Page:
Definition of Eye emergencies:
Eye emergencies include cuts, scratches, objects in the eye, burns, chemical exposure, and blunt injuries to the eye or eyelid. Since the eye is easily damaged, any of these conditions can lead to vision loss if left untreated.
Click here to see a video about what to do when something gets in your eye.
It is important to get medical attention for all major eye or eyelid injuries and problems. Eye problems (such as a painful red eye) that are not due to injury still need urgent medical attention.
- A black eye is usually caused by direct trauma to the eye or face. The bruise is caused by bleeding under the skin. The tissue around the eye turns black and blue, gradually becoming purple, green, and yellow over several days. The abnormal color disappears within 2 weeks. Usually, swelling of the eyelid and tissue around the eye also occurs.
- Certain types of skull fractures can cause bruising around the eyes, even without direct injury to the eye.
- Occasionally, serious damage to the eye itself occurs from the pressure of a swollen eyelid or face. A hyphema is blood in the front area of the eye. Trauma, often due to a direct hit to the eye from a ball, is a common cause.
- A chemical injury to the eye can be caused by a work-related accident or by common household products, such as cleaning solutions, garden chemicals, solvents, or many other types of chemicals. Fumes and aerosols can also cause chemical burns.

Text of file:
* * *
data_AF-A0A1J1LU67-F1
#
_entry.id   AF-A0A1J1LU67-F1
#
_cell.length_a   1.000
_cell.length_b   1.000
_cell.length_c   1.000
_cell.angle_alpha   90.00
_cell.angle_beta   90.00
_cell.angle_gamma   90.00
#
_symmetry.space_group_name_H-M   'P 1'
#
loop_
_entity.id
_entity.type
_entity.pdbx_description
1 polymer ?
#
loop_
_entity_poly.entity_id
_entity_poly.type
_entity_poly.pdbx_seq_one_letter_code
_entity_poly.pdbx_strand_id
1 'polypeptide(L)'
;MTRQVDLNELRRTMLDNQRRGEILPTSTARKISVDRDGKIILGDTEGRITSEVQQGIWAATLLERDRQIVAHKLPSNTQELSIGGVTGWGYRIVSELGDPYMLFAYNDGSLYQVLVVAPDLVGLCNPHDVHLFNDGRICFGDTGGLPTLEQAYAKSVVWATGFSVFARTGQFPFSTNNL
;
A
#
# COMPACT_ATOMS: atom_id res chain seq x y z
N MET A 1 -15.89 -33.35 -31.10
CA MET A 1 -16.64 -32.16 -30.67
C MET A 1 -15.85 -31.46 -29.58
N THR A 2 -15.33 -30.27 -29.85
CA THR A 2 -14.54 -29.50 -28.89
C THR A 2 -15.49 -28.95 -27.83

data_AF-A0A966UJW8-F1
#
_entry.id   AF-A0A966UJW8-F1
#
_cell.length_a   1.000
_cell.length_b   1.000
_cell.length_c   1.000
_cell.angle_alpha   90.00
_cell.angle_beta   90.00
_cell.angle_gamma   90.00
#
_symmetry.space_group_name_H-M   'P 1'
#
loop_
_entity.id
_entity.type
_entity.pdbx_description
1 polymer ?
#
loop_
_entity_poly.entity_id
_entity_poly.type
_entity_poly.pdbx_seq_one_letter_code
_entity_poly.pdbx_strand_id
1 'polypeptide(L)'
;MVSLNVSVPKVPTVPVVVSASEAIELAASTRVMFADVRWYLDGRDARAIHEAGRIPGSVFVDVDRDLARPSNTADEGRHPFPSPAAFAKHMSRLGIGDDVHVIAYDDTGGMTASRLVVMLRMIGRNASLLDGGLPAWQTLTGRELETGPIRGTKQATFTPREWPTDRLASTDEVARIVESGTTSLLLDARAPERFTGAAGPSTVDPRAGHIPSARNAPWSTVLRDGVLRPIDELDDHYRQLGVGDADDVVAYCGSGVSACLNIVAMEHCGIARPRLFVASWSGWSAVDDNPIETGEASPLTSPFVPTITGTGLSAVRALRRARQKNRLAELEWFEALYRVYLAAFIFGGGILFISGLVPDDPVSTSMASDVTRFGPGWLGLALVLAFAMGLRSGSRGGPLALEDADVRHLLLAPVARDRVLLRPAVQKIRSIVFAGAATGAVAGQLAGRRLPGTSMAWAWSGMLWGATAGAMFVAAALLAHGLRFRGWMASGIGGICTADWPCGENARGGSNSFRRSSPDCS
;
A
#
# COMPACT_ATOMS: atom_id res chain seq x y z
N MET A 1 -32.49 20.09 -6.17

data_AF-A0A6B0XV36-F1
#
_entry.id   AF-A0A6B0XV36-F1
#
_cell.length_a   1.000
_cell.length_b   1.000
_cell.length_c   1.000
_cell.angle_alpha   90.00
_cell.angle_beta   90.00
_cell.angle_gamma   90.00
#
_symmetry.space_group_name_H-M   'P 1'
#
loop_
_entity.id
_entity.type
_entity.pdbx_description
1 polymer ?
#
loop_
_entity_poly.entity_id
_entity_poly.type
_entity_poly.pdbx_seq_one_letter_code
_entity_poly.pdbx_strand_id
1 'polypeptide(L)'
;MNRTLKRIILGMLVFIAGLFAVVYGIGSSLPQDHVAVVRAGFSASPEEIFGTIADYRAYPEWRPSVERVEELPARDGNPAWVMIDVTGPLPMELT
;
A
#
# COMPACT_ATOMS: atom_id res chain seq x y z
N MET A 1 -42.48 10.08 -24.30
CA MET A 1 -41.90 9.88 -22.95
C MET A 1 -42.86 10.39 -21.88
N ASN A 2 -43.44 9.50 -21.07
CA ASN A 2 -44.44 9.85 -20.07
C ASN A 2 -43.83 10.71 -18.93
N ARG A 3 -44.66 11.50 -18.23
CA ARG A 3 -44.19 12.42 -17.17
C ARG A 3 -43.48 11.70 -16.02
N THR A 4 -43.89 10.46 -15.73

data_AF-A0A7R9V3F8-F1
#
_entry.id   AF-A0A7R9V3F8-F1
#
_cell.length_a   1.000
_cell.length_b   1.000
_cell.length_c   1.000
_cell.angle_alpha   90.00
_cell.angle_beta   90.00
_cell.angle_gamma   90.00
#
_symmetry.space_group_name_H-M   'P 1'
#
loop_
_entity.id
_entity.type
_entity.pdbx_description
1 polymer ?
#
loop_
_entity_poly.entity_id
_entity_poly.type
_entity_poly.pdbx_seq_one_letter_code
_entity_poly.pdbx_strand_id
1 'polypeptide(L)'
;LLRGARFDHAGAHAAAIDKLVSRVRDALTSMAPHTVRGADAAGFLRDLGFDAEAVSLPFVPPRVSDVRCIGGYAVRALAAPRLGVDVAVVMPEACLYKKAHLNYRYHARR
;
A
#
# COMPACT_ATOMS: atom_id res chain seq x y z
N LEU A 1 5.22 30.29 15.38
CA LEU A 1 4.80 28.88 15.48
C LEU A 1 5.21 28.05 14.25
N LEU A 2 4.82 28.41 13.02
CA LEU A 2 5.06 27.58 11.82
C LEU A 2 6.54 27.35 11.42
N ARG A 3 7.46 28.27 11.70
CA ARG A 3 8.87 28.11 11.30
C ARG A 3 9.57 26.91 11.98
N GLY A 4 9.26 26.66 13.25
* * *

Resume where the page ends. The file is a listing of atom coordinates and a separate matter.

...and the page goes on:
- With acid burns, the haze on the cornea often clears and there is a good chance of recovery.
- However, alkaline substances -- such as lime, lye, commercial drain cleaners, and sodium hydroxide found in refrigeration equipment -- may cause permanent damage to the cornea.
- Damage may occur, even with prompt treatment. It is important to flush out the eye with clean water or salt water (saline) while seeking urgent medical care.
Eyelid and eye cuts
- An injury to the eyelid may be a sign of severe injury to the eye itself.
Foreign object in the eye and corneal injuries
- The cornea is the clear (transparent) tissue covering the front of the eye.
- Dust, sand, and other debris can easily enter the eye. Persistent pain and redness are signs that you need treatment.
- A foreign body in the eye may threaten your vision if the object enters the eye itself or damages the cornea or lens. Foreign bodies thrown at high speed by machining, grinding, or hammering metal have the highest risk.
Butler FK Jr. The eye in the wilderness. In: Auerbach PS, ed. Wilderness Medicine. 5th ed. Philadelphia, Pa: Mosby Elsevier;2007:chap 25.
Mitchell JD. Ocular emergencies. In: Tintinalli JE, Kelen GD, Stapczynski JS, et al, eds. Emergency Medicine: A Comprehensive Study Guide. 6th ed. Columbus, OH:McGraw-Hill;2006:chap 238.
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